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Real estate errors and omissions risks increase as agents expand services

Realtors venture into unfamiliar territory in search of more revenue

Real estate errors and omissions risks increase as agents expand services

After the implosion of the U.S. housing market in 2007-09, experts say the resulting flurry of catastrophic professional liability lawsuits targeting real estate brokers and agents has finally begun to dwindle.

However, new realities in the realtor marketplace — coupled with sustained improvement in housing prices and sales volume — likely will continue to drive errors and omissions claims against real estate professionals, experts said.

“The profile of the real estate E&O space has changed quite a bit, in that a lot of agents and brokers that we would typically cover only for that service have had to evolve their traditional services in order to stay competitive,” said David Egosi, a New York-based vice president and national underwriting leader for miscellaneous professional liability at Hiscox Ltd. “There's a been a change or shift in the overall scope of services that a lot of brokers and agents will offer, which opens up the nature of the claims we're seeing come in.”

Specifically, experts said many real estate brokerage firms are expanding the range of services they offer their clients to include project and construction management for newly built developments, as well as property management services for existing condominium, co-operatives and apartment complexes.

“There's been a lot of merger activity and consolidation in the marketplace as a result of the economic conditions,” said John Stathis, a senior vice president in National Financial Partners Corp.'s property/casualty practice in Scottsdale, Ariz. “Various firms are combining, changing or otherwise trying to get a leg up on their competition, or just trying to get more revenue in the door. It's been tough, and there's been a lot of transition in the market in personnel from point A to point B and, with that, a lot of transition in terms of what some companies have had to do in order to stay alive.”


Lacking experience in drafting and executing contracts for services beyond their normal scope of business could expose real estate professionals to additional sources of E&O liability for negligence, breach of contract, breach of fiduciary duty and misrepresentation — typically the most common causes of professional liability claims against real estate brokerage firms and individual agents, experts said.

In addition, it is unclear how — or even if — a real estate brokerage's E&O insurance would respond to claims stemming from services performed outside traditional operations. Experts said companies should carefully review their existing E&O cover prior to advertising or providing services with which they are not familiar.

“They may or may not be adequately covered by the policy form that they purchased, especially the ones that are more price-driven, so it's important that insurance carriers are evolving with the broker-clients,” Mr. Egosi said.

Even if home prices continue to increase, experts said real estate agents should expect to see a rise in the frequency of E&O claims as the volume of residential sales increases.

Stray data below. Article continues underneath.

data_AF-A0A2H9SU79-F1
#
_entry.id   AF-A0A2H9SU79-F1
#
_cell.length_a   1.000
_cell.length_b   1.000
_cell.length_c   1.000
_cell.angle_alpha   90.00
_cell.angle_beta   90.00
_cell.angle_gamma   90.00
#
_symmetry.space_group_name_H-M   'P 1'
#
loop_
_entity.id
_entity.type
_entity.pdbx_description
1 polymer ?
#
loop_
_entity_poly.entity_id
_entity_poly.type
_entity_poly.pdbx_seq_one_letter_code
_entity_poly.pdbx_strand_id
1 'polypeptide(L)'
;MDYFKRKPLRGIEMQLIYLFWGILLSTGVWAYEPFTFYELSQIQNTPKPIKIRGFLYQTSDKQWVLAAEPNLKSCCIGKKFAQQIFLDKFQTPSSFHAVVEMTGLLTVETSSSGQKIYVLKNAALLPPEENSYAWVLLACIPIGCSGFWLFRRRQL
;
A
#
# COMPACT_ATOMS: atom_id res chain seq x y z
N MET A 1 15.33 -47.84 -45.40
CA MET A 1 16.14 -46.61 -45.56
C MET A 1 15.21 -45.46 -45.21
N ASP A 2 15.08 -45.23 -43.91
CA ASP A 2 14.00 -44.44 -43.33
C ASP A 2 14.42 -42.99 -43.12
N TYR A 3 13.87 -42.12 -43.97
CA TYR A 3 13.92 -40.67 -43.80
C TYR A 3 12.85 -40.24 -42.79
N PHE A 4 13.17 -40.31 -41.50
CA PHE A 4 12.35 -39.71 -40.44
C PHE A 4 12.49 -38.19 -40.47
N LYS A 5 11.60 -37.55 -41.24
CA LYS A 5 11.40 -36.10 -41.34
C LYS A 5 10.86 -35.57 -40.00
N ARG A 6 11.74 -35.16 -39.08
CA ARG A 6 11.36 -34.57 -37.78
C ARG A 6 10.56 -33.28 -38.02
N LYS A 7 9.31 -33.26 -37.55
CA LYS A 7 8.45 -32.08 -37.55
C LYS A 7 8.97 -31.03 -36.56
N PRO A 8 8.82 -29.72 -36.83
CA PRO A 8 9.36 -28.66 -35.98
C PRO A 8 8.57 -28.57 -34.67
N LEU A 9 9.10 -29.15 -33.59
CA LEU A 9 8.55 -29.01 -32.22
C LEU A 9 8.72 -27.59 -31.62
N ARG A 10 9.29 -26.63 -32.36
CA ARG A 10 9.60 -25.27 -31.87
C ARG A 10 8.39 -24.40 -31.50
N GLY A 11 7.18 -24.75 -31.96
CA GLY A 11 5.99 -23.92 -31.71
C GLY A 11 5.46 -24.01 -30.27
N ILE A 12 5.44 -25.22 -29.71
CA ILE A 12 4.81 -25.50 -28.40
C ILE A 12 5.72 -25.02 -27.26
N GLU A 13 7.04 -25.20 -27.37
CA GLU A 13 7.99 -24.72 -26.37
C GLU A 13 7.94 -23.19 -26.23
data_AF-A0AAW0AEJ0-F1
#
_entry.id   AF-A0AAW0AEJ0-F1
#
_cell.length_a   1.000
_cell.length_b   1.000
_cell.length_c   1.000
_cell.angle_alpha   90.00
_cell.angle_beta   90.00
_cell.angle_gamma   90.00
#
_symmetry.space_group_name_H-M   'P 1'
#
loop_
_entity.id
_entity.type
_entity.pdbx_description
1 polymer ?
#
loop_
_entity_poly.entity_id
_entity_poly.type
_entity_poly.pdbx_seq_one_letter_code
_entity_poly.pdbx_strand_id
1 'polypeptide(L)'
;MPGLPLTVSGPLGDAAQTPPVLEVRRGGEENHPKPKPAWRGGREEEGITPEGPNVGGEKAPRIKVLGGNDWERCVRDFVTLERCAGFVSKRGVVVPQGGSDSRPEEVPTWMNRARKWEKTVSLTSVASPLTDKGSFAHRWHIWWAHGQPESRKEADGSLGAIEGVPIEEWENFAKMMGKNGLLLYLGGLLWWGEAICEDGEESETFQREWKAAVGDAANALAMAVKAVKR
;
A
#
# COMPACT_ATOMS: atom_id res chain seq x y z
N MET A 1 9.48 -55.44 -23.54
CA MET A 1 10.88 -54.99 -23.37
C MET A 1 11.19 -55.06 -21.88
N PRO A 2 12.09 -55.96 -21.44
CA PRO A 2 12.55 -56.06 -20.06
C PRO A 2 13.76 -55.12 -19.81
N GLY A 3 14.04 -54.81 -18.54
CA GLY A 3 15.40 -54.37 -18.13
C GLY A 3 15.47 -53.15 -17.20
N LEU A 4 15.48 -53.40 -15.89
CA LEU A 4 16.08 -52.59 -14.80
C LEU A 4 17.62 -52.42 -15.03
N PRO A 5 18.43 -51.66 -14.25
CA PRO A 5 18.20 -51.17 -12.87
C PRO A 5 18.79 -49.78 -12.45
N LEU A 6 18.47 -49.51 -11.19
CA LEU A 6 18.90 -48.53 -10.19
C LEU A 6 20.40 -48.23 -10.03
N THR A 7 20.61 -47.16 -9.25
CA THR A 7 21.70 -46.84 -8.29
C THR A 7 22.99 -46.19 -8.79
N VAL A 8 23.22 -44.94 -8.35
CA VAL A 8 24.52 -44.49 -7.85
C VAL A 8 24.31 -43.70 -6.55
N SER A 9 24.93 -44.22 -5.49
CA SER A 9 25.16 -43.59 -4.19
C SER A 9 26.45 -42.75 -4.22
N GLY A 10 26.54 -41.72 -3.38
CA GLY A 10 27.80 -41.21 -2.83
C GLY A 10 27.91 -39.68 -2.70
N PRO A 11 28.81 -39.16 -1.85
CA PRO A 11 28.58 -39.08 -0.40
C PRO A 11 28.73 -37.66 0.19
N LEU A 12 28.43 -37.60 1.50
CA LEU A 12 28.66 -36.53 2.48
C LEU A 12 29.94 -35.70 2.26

In particular, residential brokers and agents, which experts said traditionally generate a higher annual volume of professional liability claims than their counterparts in other market segments, are likely to encounter more allegations of misrepresentation, failure to disclose property conditions and other breaches of fiduciary duty to home buyers.

According to the National Association of Realtors' “2013 Legal Scan,” the volume of U.S. lawsuits accusing real estate professionals of breaching their fiduciary duty to their client increased 29% since 2011 (see related chart).


Though individual agents ultimately were found not liable in 38% of the cases identified in the NAR's report, 80% of real estate professional polled said breach of their fiduciary duty is likely to be among their top three legal exposures in the near future.

“Some buyers certainly have bought houses on the expectation that they were buying on the downturn, and that they would see a very quick and immediate appreciation in property value,” said Gregg Kahn, a Florham Park, N.J.-based partner at Wilson Elser Moskowitz Edelman & Dicker L.L.P. “When that doesn't occur ... the buyer may very well become dissatisfied with their real estate professional for possibly pulling them into an overpriced transaction that didn't turn out as well as they would have liked.”

Mr. Kahn said the potential for increased professional liability lawsuits against brokerages and/or their agents — not to mention E&O insurance disputes that may arise thereafter — should compel real estate professionals to put more care into their documentation of agreements and representations made to their clients.

“If I were going to give any practical advice to real estate professionals, it would be to document all of your conversations with your clients,” he said. “When you see the demand letters, and you see the time and expense that brokers and agents have to go through in defending a claim, it makes it much easier to defend in front of a judge or a jury when the agent has documented their communications.”

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